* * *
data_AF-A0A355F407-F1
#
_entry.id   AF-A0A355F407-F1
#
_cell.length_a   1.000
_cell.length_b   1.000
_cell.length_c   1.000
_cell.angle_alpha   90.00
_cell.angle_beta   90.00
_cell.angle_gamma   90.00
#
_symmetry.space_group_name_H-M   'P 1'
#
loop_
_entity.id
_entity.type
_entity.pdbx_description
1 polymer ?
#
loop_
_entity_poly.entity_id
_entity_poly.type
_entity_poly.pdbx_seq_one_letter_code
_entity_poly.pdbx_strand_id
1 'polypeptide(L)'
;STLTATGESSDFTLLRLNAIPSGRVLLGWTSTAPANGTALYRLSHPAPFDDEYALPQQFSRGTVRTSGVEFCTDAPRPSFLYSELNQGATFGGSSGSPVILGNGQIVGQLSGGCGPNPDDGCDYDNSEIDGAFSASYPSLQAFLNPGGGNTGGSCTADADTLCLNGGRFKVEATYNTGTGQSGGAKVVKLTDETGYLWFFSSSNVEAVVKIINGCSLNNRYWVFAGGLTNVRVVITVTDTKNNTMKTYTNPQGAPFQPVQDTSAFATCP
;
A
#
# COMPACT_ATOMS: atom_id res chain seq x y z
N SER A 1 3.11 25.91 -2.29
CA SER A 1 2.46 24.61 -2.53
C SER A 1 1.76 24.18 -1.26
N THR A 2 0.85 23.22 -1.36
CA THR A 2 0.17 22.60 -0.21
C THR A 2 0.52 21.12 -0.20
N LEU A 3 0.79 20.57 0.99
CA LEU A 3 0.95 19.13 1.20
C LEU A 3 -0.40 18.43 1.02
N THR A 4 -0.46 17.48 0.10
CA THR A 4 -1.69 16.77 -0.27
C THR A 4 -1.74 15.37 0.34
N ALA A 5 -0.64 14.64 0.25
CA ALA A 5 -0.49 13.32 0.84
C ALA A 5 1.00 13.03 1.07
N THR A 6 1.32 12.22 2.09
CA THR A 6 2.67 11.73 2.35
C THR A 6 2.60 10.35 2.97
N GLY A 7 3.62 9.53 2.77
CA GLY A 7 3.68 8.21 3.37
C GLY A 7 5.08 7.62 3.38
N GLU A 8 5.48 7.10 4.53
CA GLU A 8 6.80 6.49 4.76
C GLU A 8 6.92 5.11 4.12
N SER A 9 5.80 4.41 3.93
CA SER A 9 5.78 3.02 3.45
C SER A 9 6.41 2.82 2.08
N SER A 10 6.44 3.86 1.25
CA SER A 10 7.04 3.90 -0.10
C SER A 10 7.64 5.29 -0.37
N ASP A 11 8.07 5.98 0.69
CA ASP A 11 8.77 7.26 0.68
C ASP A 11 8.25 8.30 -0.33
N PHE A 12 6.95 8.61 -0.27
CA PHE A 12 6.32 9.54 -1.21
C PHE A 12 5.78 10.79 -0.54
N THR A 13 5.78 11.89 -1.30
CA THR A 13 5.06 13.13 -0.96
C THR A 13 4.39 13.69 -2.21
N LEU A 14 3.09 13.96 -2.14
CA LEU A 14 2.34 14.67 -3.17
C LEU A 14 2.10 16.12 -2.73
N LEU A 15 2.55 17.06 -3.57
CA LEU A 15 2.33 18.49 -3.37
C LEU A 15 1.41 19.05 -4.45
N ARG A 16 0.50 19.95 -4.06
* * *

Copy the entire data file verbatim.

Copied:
data_AF-A0A355F407-F1
#
_entry.id   AF-A0A355F407-F1
#
_cell.length_a   1.000
_cell.length_b   1.000
_cell.length_c   1.000
_cell.angle_alpha   90.00
_cell.angle_beta   90.00
_cell.angle_gamma   90.00
#
_symmetry.space_group_name_H-M   'P 1'
#
loop_
_entity.id
_entity.type
_entity.pdbx_description
1 polymer ?
#
loop_
_entity_poly.entity_id
_entity_poly.type
_entity_poly.pdbx_seq_one_letter_code
_entity_poly.pdbx_strand_id
1 'polypeptide(L)'
;STLTATGESSDFTLLRLNAIPSGRVLLGWTSTAPANGTALYRLSHPAPFDDEYALPQQFSRGTVRTSGVEFCTDAPRPSFLYSELNQGATFGGSSGSPVILGNGQIVGQLSGGCGPNPDDGCDYDNSEIDGAFSASYPSLQAFLNPGGGNTGGSCTADADTLCLNGGRFKVEATYNTGTGQSGGAKVVKLTDETGYLWFFSSSNVEAVVKIINGCSLNNRYWVFAGGLTNVRVVITVTDTKNNTMKTYTNPQGAPFQPVQDTSAFATCP
;
A
#
# COMPACT_ATOMS: atom_id res chain seq x y z
N SER A 1 3.11 25.91 -2.29
CA SER A 1 2.46 24.61 -2.53
C SER A 1 1.76 24.18 -1.26
N THR A 2 0.85 23.22 -1.36
CA THR A 2 0.17 22.60 -0.21
C THR A 2 0.52 21.12 -0.20
N LEU A 3 0.79 20.57 0.99
CA LEU A 3 0.95 19.13 1.20
C LEU A 3 -0.40 18.43 1.02
N THR A 4 -0.46 17.48 0.10
CA THR A 4 -1.69 16.77 -0.27
C THR A 4 -1.74 15.37 0.34
N ALA A 5 -0.64 14.64 0.25
CA ALA A 5 -0.49 13.32 0.84
C ALA A 5 1.00 13.03 1.07
N THR A 6 1.32 12.22 2.09
CA THR A 6 2.67 11.73 2.35
C THR A 6 2.60 10.35 2.97
N GLY A 7 3.62 9.53 2.77
CA GLY A 7 3.68 8.21 3.37
C GLY A 7 5.08 7.62 3.38
N GLU A 8 5.48 7.10 4.53
CA GLU A 8 6.80 6.49 4.76
C GLU A 8 6.92 5.11 4.12
N SER A 9 5.80 4.41 3.93
CA SER A 9 5.78 3.02 3.45
C SER A 9 6.41 2.82 2.08
N SER A 10 6.44 3.86 1.25
CA SER A 10 7.04 3.90 -0.10
C SER A 10 7.64 5.29 -0.37
N ASP A 11 8.07 5.98 0.69
CA ASP A 11 8.77 7.26 0.68
C ASP A 11 8.25 8.30 -0.33
N PHE A 12 6.95 8.61 -0.27
CA PHE A 12 6.32 9.54 -1.21
C PHE A 12 5.78 10.79 -0.54
N THR A 13 5.78 11.89 -1.30
CA THR A 13 5.06 13.13 -0.96
C THR A 13 4.39 13.69 -2.21
N LEU A 14 3.09 13.96 -2.14
CA LEU A 14 2.34 14.67 -3.17
C LEU A 14 2.10 16.12 -2.73
N LEU A 15 2.55 17.06 -3.57
CA LEU A 15 2.33 18.49 -3.37
C LEU A 15 1.41 19.05 -4.45
N ARG A 16 0.50 19.95 -4.06